Denise Robertson: Twice in my life I lost my home and was rescued. It wouldn't happen now

Journal columnist and TV personality Denise Robertson on the campaign to convince politicians to tackle the housing crisis

Rui Vieira/PA Wire A housing estate
A housing estate

As you read this I’ll be on a train heading for London to join the Homes for Britain rally.

This is an entirely non-political attempt to persuade all politicians that Britain needs more homes. There were 1.7 million households on waiting lists in England in 2013 and the number is rising.

Twice in my life I’ve lost the roof over my head. At two months I was carried from a home repossessed by the bank after my father’s business crashed. Forty years on I was dispossessed again when my then husband’s business failed.

The first time we were given a council house and I happily grew up there. The second time a kindly bank manager loaned me a few thousands to put a deposit on a vandalised house, which served us well until the tide turned.

Neither of those things would happen today. There is no available social housing and no friendly bank manager to lend a family without a steady occupation the price of a deposit because that deposit would have to be of astronomical proportions.

Families who fall on hard times now fester in B&Bs or live with relatives. A lucky few are placed by councils in private properties at exorbitant rents, all because of failure to build social housing over the last 20 years.

Another scandal is the number of people being priced out of the housing market by soaring prices. If house prices rise in the next 30 years as they have in the last 30 the average home will be worth £1.2m. No chance of ownership for the average worker.

Unless politicians of all parties co-operate the outlook is scary and an end can only come through an increase in supply. That’s why Homes for Britain will hold their rally and wage an advertising campaign to bring home the message that action is needed. And that’s why I’ll be there, lending my voice to the plea.

  • The debate about political debates goes on and on and on. ‘Is David Cameron chicken?’ is the usual question.

I have another one. Ever since TV bosses revealed plans for debates featuring leaders of the three main parties, along with the Greens, Ukip, Welsh nationalists Plaid Cymru and Scotland’s SNP, I have been wondering who put them in charge.

Prime Minister David Cameron makes a statement to the media on the killing of British aid worker David Haines
Prime Minister David Cameron makes a statement to the media on the killing of British aid worker David Haines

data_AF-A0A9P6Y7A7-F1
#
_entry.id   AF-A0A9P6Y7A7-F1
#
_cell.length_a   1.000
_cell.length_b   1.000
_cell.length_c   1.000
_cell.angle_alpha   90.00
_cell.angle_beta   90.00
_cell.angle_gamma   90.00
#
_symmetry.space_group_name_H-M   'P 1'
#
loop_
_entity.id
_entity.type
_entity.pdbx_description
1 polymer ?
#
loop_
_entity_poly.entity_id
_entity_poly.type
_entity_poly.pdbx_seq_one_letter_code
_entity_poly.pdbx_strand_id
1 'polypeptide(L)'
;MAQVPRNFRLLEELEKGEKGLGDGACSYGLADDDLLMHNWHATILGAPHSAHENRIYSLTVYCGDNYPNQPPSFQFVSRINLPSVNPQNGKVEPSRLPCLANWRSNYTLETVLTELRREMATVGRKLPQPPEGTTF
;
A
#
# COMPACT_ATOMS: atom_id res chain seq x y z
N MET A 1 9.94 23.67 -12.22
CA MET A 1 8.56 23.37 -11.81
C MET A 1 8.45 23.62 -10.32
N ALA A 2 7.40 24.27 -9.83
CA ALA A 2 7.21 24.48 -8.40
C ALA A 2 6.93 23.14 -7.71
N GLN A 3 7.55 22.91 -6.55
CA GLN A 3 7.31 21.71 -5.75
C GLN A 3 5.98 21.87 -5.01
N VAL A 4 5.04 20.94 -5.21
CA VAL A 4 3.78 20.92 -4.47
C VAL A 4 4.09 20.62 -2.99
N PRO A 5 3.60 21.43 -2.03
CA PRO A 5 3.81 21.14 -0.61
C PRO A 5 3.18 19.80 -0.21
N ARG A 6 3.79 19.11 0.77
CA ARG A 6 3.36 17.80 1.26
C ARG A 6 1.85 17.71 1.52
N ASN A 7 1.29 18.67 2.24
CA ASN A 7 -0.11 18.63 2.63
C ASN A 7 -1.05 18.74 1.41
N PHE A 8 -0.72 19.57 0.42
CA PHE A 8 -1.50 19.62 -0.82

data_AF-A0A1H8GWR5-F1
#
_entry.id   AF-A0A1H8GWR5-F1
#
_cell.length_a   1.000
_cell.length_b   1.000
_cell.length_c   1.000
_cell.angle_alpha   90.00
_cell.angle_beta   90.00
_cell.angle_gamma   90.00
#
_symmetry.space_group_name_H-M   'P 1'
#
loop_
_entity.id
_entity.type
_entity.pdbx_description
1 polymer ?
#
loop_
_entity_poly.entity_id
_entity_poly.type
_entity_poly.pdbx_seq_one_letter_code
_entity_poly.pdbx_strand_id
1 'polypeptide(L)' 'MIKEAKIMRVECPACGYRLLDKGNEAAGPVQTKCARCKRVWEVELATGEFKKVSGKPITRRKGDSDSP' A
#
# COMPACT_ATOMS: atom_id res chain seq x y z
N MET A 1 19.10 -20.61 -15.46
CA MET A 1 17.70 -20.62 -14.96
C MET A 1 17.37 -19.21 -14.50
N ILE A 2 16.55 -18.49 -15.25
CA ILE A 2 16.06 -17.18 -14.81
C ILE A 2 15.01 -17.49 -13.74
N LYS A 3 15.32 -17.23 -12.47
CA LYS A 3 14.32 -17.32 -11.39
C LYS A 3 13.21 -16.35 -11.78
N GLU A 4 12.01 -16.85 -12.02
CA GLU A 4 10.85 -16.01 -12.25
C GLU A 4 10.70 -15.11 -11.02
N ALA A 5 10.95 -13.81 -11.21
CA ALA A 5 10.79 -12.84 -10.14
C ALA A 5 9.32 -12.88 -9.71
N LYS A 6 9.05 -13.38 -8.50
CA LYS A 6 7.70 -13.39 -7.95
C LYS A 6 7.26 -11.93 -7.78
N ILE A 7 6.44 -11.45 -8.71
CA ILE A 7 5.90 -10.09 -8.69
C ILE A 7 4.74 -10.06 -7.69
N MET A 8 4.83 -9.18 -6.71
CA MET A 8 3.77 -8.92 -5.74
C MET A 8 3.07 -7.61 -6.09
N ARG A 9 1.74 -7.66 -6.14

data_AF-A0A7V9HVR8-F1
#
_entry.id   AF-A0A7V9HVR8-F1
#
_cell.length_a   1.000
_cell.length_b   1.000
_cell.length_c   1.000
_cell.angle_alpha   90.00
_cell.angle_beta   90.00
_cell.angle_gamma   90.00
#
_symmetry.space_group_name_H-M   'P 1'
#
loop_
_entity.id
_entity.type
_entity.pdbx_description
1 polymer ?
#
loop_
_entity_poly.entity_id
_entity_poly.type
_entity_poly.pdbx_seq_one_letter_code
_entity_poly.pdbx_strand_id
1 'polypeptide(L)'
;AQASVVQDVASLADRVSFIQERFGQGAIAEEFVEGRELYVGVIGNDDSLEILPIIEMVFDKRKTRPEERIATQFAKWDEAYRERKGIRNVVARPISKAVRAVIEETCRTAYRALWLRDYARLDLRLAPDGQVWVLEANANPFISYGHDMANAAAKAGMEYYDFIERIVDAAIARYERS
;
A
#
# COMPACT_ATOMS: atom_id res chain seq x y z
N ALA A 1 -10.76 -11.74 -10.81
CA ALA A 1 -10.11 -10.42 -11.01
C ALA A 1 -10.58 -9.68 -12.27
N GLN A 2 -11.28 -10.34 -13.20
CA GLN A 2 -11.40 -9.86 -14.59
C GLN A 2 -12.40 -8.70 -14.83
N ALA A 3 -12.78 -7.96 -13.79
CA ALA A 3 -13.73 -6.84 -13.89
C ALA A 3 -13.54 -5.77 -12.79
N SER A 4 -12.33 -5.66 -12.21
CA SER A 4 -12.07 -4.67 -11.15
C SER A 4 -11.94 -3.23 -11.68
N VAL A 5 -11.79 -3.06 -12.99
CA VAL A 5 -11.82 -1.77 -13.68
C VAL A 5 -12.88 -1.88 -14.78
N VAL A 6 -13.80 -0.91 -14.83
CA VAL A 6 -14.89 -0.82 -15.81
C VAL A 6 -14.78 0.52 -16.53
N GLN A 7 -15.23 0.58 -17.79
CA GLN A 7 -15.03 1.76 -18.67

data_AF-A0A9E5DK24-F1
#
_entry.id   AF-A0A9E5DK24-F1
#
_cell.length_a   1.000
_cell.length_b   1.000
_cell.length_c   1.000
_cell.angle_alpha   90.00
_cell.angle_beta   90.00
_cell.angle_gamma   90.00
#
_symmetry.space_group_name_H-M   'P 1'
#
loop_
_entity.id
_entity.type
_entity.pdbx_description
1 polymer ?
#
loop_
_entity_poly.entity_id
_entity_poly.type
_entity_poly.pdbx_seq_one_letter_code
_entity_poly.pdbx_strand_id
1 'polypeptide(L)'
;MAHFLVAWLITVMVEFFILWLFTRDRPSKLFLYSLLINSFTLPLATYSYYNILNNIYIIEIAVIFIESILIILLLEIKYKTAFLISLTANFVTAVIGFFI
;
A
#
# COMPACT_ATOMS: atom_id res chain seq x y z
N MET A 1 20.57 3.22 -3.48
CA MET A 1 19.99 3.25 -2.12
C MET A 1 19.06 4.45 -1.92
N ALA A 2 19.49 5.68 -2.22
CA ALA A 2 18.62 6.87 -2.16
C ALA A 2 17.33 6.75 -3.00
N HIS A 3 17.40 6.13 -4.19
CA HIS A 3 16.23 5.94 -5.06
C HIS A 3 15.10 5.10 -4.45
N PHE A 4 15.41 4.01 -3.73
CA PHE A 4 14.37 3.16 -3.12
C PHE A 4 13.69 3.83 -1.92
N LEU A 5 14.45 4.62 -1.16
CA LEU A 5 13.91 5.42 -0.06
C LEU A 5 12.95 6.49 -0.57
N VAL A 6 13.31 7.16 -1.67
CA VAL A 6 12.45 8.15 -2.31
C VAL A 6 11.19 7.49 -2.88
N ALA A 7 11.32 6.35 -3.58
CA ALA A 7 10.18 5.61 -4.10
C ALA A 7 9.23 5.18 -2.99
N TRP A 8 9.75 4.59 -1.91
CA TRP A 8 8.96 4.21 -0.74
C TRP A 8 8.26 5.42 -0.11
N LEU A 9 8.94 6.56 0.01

Shouldn’t politicians have got together and thrashed out a regime fair to all? The TV companies have taken it upon themselves to invite parties from three parts of the United Kingdom but ignored Northern Ireland. The DUP have more MPs than many of the parties allowed to debate. It doesn’t make sense.

Why are our democratic leaders not pointing out the omission? Could it be because they’re all so busy trying to be top dog they’ve forgotten about fairness?

  • I thought Britain’s courts no longer had the power to shock me but I was wrong.

A woman who was tortured for seven hours by her former partner in front of their children is being forced to write to him in prison – or face being jailed herself.

Natalie Allman, 29, was battered and slashed across the throat by Jason Hughes because he wanted to make her ‘ugly’ after she ended their relationship.

Now she has been ordered to provide him with regular updates about their twin sons, this in spite of the fact that I know of several mothers who have lost their children on grounds of ‘emotional harm’ simply because the children saw them brutalised by partners.

Perhaps Natalie should be glad that she has at least been allowed to keep her children, even if the cost is that she must give her attacker details of life with the children, then aged two, he left covered in her blood.

She suffered eight wounds to her head and five fractures to her face bones. She also needed cosmetic surgery to rebuild her throat

‘We are the victims, not him,’ she says. ‘I thought he was going to kill me that night and my boys saw that. They were terrified.’

Usually I am all in favour of both parents keeping contact with children after a split but is this a father who deserves contact with his children? Not in my book.

  • The world may be rocking on its axis but the word on everyone’s lips seems to be ‘Clarkson’.

Is he the nice guy and huge talent The Prime Minister sees him as or a bully and a bigot who loves to push things as far as he dare?

I’m sick of the sound of his name but I’m reserving judgement till we know the facts. Is he a man who had worked hard through a long day and was then presented with little more than bread and cheese? If that is the case, and if it’s also true that no real blow was struck, perhaps he deserves another chance.

But if, as at least one paper reported, he didn’t get back to his hotel before the chef finished his shift because he stayed two hours in a pub then he’s a selfish swine who thinks that little men toiling in hot kitchens should forget about going home until his whims have been satisfied.

And if it’s also true, as reported in at least one paper, that his victim needed hospital treatment, then he should be facing a criminal charge, not an in-house inquiry.

I await the facts, unlike the almost one million fans, and a Prime Minister, who have said that, no matter what he’s done, he should get off scot-free.

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